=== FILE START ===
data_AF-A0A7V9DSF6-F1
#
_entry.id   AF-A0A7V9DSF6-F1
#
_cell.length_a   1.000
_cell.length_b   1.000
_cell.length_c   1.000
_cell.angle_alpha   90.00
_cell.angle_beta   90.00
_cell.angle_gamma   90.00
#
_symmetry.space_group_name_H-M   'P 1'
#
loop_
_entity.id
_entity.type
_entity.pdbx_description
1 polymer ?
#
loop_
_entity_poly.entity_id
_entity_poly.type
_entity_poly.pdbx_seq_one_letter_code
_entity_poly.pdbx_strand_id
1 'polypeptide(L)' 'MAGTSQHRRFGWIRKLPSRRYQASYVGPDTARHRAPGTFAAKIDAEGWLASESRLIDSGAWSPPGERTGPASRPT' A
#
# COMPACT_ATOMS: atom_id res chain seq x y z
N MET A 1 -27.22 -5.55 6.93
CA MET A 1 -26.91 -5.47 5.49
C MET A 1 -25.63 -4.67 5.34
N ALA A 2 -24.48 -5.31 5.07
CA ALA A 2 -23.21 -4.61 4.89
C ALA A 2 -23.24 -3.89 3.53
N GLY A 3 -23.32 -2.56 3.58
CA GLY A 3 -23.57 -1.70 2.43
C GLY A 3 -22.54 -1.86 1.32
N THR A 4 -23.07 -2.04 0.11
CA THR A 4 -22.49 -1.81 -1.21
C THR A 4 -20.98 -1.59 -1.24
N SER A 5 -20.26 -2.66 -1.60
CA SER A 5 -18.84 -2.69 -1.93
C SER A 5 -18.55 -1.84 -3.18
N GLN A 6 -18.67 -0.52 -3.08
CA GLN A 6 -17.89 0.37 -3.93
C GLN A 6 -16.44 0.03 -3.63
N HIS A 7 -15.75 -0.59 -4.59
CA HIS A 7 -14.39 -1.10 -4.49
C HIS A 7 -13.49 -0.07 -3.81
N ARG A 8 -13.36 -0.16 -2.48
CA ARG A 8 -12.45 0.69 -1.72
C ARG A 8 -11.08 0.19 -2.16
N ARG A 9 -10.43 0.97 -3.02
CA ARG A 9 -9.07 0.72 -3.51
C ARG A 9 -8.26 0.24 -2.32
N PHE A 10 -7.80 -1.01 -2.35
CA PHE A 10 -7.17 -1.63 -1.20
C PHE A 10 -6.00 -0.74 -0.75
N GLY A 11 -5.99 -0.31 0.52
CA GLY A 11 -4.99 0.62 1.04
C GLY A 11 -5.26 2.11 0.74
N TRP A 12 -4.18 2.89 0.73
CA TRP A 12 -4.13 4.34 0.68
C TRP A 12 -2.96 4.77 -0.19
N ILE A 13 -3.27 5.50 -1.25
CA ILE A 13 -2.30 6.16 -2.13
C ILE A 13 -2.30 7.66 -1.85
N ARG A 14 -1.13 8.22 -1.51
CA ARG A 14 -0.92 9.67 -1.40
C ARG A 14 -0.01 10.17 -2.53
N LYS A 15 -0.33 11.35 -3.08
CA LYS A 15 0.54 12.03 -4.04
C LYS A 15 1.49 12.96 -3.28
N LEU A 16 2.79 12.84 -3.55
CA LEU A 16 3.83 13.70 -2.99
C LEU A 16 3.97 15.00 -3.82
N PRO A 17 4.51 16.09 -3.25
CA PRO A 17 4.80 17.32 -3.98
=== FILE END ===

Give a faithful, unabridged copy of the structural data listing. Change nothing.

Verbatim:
data_AF-A0A7V9DSF6-F1
#
_entry.id   AF-A0A7V9DSF6-F1
#
_cell.length_a   1.000
_cell.length_b   1.000
_cell.length_c   1.000
_cell.angle_alpha   90.00
_cell.angle_beta   90.00
_cell.angle_gamma   90.00
#
_symmetry.space_group_name_H-M   'P 1'
#
loop_
_entity.id
_entity.type
_entity.pdbx_description
1 polymer ?
#
loop_
_entity_poly.entity_id
_entity_poly.type
_entity_poly.pdbx_seq_one_letter_code
_entity_poly.pdbx_strand_id
1 'polypeptide(L)' 'MAGTSQHRRFGWIRKLPSRRYQASYVGPDTARHRAPGTFAAKIDAEGWLASESRLIDSGAWSPPGERTGPASRPT' A
#
# COMPACT_ATOMS: atom_id res chain seq x y z
N MET A 1 -27.22 -5.55 6.93
CA MET A 1 -26.91 -5.47 5.49
C MET A 1 -25.63 -4.67 5.34
N ALA A 2 -24.48 -5.31 5.07
CA ALA A 2 -23.21 -4.61 4.89
C ALA A 2 -23.24 -3.89 3.53
N GLY A 3 -23.32 -2.56 3.58
CA GLY A 3 -23.57 -1.70 2.43
C GLY A 3 -22.54 -1.86 1.32
N THR A 4 -23.07 -2.04 0.11
CA THR A 4 -22.49 -1.81 -1.21
C THR A 4 -20.98 -1.59 -1.24
N SER A 5 -20.26 -2.66 -1.60
CA SER A 5 -18.84 -2.69 -1.93
C SER A 5 -18.55 -1.84 -3.18
N GLN A 6 -18.67 -0.52 -3.08
CA GLN A 6 -17.89 0.37 -3.93
C GLN A 6 -16.44 0.03 -3.63
N HIS A 7 -15.75 -0.59 -4.59
CA HIS A 7 -14.39 -1.10 -4.49
C HIS A 7 -13.49 -0.07 -3.81
N ARG A 8 -13.36 -0.16 -2.48
CA ARG A 8 -12.45 0.69 -1.72
C ARG A 8 -11.08 0.19 -2.16
N ARG A 9 -10.43 0.97 -3.02
CA ARG A 9 -9.07 0.72 -3.51
C ARG A 9 -8.26 0.24 -2.32
N PHE A 10 -7.80 -1.01 -2.35
CA PHE A 10 -7.17 -1.63 -1.20
C PHE A 10 -6.00 -0.74 -0.75
N GLY A 11 -5.99 -0.31 0.52
CA GLY A 11 -4.99 0.62 1.04
C GLY A 11 -5.26 2.11 0.74
N TRP A 12 -4.18 2.89 0.73
CA TRP A 12 -4.13 4.34 0.68
C TRP A 12 -2.96 4.77 -0.19
N ILE A 13 -3.27 5.50 -1.25
CA ILE A 13 -2.30 6.16 -2.13
C ILE A 13 -2.30 7.66 -1.85
N ARG A 14 -1.13 8.22 -1.51
CA ARG A 14 -0.92 9.67 -1.40
C ARG A 14 -0.01 10.17 -2.53
N LYS A 15 -0.33 11.35 -3.08
CA LYS A 15 0.54 12.03 -4.04
C LYS A 15 1.49 12.96 -3.28
N LEU A 16 2.79 12.84 -3.55
CA LEU A 16 3.83 13.70 -2.99
C LEU A 16 3.97 15.00 -3.82
N PRO A 17 4.51 16.09 -3.25
CA PRO A 17 4.80 17.32 -3.98